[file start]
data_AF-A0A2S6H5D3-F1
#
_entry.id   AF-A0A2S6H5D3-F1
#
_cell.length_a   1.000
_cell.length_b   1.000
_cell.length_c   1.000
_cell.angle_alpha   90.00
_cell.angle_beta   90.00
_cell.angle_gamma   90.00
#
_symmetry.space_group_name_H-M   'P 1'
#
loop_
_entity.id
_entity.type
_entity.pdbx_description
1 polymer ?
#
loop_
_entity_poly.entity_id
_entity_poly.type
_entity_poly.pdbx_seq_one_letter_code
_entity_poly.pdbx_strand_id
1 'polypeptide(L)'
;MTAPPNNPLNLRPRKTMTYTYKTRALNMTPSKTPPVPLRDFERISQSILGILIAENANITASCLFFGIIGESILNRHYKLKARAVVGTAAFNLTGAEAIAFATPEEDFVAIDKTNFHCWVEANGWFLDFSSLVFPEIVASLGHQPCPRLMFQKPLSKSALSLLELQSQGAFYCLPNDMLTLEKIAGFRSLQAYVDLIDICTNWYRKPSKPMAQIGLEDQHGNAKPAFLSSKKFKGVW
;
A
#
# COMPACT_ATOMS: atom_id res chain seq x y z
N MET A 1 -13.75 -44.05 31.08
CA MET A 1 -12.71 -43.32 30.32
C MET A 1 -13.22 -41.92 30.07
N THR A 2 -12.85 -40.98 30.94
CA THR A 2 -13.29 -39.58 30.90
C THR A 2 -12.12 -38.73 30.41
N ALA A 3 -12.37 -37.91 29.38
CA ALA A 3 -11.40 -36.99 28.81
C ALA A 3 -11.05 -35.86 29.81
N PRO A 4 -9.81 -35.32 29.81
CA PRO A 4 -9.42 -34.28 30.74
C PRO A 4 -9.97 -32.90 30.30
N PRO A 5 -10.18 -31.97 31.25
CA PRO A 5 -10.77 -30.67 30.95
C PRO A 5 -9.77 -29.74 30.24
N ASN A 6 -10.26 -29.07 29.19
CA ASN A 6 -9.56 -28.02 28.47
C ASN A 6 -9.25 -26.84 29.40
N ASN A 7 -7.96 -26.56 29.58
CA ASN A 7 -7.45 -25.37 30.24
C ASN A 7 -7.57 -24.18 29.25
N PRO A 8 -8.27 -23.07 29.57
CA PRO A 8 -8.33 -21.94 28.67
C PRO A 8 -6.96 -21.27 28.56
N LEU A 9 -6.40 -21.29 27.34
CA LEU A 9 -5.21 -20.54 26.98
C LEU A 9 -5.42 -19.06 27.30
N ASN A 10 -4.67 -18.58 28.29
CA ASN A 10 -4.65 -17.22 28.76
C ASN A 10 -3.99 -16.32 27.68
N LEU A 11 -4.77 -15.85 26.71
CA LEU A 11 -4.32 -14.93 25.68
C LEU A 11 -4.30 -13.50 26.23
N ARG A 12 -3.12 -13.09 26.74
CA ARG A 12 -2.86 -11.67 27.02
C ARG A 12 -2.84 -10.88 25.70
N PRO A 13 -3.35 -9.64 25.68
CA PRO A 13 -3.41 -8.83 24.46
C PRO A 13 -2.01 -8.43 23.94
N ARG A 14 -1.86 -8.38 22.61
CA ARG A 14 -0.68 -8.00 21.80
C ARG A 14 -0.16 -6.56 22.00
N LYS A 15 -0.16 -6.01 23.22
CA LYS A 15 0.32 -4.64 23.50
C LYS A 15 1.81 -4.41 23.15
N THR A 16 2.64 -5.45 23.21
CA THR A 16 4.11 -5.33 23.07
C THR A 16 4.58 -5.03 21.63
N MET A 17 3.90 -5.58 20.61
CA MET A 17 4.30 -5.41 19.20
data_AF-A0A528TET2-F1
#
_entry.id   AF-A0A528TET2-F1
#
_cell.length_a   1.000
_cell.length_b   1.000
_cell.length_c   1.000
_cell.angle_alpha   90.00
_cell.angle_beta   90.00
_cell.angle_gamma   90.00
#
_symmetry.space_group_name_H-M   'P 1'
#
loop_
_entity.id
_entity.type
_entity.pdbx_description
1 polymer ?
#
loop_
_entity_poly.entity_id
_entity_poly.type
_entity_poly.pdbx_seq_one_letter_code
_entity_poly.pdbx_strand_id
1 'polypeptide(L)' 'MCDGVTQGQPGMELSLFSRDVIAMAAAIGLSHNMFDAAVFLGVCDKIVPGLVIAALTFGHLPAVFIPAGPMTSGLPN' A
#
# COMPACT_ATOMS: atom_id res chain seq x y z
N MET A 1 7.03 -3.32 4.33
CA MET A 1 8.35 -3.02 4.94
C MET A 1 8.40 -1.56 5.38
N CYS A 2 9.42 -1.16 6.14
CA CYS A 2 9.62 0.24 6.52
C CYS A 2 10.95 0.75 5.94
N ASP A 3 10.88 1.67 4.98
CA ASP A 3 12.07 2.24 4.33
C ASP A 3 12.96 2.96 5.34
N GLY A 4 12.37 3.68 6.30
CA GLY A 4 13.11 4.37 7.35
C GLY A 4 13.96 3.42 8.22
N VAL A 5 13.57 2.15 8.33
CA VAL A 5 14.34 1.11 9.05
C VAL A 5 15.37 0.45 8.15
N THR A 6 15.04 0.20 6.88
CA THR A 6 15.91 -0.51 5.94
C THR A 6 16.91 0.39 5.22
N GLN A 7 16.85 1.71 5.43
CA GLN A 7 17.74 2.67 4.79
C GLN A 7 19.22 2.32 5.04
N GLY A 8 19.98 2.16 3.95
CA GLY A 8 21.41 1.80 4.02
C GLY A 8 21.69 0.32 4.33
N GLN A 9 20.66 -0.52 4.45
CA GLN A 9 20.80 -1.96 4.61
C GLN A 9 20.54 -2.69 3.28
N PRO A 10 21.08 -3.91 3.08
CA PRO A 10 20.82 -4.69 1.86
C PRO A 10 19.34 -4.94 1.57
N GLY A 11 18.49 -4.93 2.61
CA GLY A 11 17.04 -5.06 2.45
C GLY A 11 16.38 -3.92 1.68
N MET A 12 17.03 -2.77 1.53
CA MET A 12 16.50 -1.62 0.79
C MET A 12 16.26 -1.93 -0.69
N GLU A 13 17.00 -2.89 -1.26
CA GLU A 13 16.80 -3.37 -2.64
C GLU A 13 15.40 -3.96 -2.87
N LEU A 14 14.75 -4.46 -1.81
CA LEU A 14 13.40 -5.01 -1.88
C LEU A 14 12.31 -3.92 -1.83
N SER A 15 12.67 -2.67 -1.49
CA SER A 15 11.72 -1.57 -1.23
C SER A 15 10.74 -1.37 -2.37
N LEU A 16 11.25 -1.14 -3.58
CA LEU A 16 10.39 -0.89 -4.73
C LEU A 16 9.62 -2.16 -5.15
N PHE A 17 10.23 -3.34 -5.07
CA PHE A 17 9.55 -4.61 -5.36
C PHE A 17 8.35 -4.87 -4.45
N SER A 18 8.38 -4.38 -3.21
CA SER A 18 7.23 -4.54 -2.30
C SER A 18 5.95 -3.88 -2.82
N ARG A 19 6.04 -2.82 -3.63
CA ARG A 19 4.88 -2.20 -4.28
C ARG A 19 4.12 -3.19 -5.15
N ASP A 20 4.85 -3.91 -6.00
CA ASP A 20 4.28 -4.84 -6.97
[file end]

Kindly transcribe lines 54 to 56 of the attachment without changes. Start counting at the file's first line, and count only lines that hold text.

C PRO A 8 -6.96 -21.27 28.56
N LEU A 9 -6.40 -21.29 27.34
CA LEU A 9 -5.21 -20.54 26.98